The games are an athletic and sporting occasion that brings together 4,000 athletes from 24 islands that are as far apart as the Falklands and the Faroes. This Saturday, the next biannual games will begin in the beautiful surroundings of Gotland. It will be my honour to support Shetland there, just as Liam McArthur will support Orkney. A bit like with Liverpool v Everton or Caley v Ross County, as long as we beat Orkney—to say nothing of the Western Isles—everything else is a bonus.

The sporting rivalry is in the best traditions of personal and team commitment, dedication and belief—that is the island games. There is camaraderie among the athletes from around the globe who are brought together for a week.

Shetland is sending to Gotland 130 ambassadors who will cover 11 sports. Thirty-seven of them are in full-time education and 23 are under 18. They are sportsmen and sportswomen, but they are so much more than that—they are representing their islands.

The island games have become about much more than just sport since the first gathering in the Isle of Man in 1985. Two years ago in Jersey, I met political colleagues from islands around the world, including those from self-governing legislatures, Crown dependencies and sub-states of national states. At a meeting with the Jersey First Minister, he described to me his relationship with Whitehall. At the same meeting, the convener of Shetland Islands Council noted the similarities and differences between that relationship and Lerwick’s relationship to St Andrew’s house. To make one minor political observation, there are no responsibilities that places such as the Isle of Man exercise that we in Shetland could not undertake. Taking our own decisions is not just about doing so in Edinburgh.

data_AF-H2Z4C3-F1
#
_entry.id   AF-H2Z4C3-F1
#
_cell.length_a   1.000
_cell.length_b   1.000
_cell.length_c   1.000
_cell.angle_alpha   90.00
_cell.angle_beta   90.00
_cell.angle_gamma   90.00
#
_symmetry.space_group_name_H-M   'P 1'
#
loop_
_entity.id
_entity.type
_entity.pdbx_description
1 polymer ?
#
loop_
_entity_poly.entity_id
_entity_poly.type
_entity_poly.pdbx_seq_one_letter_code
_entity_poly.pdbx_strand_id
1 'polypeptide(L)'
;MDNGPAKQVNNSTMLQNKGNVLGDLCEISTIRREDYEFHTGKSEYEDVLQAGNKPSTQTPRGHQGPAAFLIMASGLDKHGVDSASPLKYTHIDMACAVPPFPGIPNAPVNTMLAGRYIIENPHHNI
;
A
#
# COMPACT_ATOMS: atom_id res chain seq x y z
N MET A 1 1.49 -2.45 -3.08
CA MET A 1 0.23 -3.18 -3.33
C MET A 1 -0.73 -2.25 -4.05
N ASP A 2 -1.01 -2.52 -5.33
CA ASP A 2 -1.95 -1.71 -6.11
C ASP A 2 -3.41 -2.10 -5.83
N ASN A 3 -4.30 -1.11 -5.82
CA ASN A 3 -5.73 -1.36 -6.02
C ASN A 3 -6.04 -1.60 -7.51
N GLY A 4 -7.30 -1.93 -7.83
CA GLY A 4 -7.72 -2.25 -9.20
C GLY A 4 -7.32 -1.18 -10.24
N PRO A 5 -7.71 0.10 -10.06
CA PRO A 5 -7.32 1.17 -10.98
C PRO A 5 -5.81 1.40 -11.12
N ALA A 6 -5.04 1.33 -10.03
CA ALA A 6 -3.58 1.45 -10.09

Shetland hosted the games in 2005 and, as with Glasgow in 2014, the home team excelled. We got 46 medals and we won the football. Half the population of the islands were at Gilbertson park that day and the other half claim that they were. The video of the full match is in every Shetland home and the winning players are recognised in local supermarkets as much as Scotland’s 1967 Wembley team is. Shetland 2005 brought £7 million into the islands’ economy and created a sense of belonging, community spirit, identity and pride for local people. Seven hundred islanders volunteered and the media coverage was positive. To put it mildly, there was a vast social programme. Money was also spent on sporting infrastructure.